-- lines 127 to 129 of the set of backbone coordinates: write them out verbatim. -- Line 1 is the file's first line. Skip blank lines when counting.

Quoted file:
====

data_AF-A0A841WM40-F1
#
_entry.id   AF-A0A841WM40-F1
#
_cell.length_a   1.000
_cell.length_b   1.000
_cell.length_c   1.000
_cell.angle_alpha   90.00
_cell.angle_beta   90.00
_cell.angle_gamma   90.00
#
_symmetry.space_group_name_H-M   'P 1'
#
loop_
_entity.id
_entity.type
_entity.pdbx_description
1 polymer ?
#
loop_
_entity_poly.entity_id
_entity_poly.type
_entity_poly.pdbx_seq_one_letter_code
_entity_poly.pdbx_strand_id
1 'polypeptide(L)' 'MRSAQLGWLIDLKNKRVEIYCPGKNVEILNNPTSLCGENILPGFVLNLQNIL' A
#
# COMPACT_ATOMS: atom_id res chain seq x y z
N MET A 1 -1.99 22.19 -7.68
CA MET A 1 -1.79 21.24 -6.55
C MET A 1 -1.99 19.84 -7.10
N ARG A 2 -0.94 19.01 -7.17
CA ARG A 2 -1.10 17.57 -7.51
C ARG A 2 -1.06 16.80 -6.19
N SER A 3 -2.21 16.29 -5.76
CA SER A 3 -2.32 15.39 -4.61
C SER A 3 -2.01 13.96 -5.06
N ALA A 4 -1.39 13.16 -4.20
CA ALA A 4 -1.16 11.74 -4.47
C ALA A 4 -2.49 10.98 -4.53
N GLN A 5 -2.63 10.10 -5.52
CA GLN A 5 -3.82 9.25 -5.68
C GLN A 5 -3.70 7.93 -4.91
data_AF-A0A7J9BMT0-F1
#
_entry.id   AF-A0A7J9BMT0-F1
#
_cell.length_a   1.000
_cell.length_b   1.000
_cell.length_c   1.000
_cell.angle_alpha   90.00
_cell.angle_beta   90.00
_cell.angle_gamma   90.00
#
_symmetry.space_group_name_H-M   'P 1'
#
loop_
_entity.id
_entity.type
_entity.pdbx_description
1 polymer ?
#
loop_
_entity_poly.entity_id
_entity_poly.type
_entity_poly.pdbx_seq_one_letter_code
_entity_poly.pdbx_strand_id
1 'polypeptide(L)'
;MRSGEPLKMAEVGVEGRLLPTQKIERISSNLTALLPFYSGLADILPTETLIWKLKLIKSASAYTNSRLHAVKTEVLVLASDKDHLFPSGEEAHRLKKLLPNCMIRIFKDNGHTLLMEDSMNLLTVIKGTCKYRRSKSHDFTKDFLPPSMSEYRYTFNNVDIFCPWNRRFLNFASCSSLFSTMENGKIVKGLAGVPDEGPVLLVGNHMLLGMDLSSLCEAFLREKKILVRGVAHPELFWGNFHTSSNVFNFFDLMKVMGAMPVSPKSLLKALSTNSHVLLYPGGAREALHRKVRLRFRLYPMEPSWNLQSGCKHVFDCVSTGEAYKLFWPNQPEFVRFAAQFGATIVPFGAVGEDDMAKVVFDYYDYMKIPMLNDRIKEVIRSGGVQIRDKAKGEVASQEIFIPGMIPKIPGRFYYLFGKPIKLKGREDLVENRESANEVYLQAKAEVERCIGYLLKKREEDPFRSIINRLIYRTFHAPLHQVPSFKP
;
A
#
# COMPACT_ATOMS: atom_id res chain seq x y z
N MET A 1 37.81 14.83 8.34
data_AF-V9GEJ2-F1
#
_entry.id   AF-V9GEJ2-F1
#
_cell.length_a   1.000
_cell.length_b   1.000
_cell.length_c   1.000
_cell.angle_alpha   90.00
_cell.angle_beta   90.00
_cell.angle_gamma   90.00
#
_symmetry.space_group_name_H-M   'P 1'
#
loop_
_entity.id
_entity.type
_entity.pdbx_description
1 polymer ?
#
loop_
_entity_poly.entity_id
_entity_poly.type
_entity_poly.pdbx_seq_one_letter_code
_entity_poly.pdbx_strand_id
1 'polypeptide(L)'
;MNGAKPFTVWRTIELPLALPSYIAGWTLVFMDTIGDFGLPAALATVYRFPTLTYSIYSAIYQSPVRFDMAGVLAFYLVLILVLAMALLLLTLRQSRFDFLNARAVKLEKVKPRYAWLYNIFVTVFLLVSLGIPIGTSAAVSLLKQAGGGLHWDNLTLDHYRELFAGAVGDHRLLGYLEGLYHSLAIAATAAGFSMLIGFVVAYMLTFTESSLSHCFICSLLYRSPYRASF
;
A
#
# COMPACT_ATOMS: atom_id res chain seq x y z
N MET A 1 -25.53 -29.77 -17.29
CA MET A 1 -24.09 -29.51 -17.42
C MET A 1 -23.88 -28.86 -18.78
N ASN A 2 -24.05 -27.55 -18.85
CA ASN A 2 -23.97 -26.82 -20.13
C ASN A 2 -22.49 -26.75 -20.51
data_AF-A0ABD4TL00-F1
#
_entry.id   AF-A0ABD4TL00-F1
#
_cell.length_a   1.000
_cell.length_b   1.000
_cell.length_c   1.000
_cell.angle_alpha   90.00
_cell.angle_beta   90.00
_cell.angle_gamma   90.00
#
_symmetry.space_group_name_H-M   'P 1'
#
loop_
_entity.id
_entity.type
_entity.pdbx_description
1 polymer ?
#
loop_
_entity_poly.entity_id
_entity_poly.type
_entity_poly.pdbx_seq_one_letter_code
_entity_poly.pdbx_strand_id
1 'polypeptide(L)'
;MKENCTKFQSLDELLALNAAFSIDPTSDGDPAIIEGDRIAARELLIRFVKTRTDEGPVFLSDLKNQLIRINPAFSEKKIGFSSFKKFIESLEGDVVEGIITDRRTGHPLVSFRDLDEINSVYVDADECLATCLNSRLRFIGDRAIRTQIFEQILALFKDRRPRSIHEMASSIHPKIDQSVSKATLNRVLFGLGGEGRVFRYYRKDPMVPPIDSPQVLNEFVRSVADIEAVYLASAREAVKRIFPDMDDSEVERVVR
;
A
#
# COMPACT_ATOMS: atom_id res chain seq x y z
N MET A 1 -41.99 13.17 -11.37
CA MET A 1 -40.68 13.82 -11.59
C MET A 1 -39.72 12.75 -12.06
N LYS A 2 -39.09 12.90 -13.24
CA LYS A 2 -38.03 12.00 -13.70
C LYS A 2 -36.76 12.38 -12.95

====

1 polymer ?
#
loop_